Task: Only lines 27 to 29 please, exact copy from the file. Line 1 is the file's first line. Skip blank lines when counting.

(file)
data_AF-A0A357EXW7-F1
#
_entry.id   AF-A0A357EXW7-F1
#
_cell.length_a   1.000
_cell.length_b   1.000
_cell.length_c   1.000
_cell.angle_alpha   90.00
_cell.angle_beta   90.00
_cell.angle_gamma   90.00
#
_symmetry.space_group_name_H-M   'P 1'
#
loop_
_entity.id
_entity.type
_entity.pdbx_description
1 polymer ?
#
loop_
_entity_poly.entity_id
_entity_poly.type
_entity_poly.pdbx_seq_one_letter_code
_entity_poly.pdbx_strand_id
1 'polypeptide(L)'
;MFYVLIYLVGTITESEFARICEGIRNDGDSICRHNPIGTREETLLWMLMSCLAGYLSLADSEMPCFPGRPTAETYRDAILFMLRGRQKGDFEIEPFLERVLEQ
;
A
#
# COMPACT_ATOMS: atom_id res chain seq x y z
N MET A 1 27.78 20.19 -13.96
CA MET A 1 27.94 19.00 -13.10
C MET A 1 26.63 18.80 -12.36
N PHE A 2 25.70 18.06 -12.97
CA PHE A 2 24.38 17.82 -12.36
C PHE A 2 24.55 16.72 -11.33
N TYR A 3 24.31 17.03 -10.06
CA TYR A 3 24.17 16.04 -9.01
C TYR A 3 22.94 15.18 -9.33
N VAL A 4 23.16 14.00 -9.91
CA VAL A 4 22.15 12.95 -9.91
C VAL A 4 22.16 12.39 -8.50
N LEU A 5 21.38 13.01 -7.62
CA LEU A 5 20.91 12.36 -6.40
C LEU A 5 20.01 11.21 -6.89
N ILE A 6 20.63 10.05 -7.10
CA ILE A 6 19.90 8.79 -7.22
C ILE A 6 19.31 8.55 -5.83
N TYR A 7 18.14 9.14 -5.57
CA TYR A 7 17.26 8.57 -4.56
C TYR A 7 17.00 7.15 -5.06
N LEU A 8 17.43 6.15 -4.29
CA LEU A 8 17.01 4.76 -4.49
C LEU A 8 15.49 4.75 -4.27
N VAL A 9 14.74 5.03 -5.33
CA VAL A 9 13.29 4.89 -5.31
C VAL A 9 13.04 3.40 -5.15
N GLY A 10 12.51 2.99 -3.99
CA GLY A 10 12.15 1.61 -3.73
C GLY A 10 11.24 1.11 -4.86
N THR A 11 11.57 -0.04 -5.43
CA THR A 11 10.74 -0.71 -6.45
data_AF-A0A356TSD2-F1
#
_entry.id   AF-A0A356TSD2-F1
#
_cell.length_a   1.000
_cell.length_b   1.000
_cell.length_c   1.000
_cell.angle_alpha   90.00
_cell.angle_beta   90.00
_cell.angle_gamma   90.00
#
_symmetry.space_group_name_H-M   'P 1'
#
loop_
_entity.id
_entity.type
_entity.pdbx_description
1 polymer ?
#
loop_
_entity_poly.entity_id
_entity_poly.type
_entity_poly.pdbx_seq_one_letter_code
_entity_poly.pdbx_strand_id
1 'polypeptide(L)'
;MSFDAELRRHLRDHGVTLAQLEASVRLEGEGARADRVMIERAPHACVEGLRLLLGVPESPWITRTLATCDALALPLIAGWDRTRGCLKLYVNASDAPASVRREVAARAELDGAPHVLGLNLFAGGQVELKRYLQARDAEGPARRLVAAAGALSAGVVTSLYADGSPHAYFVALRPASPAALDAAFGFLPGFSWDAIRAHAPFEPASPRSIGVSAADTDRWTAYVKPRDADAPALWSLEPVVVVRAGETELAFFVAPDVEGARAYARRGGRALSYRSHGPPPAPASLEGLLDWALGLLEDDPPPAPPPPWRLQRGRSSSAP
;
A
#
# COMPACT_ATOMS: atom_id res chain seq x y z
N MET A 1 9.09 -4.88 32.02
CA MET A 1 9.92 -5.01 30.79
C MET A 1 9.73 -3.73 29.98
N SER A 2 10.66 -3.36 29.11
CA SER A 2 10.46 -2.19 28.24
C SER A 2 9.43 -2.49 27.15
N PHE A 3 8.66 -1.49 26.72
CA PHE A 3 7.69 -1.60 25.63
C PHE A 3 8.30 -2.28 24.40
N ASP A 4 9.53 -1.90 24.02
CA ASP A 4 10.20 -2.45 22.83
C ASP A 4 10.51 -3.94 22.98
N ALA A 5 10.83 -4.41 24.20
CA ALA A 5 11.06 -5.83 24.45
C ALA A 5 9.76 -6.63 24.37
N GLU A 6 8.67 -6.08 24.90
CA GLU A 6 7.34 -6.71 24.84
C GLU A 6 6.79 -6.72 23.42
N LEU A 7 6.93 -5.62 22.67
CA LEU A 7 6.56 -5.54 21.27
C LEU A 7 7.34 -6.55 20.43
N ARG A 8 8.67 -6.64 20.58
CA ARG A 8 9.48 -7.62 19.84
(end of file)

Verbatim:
;
A
#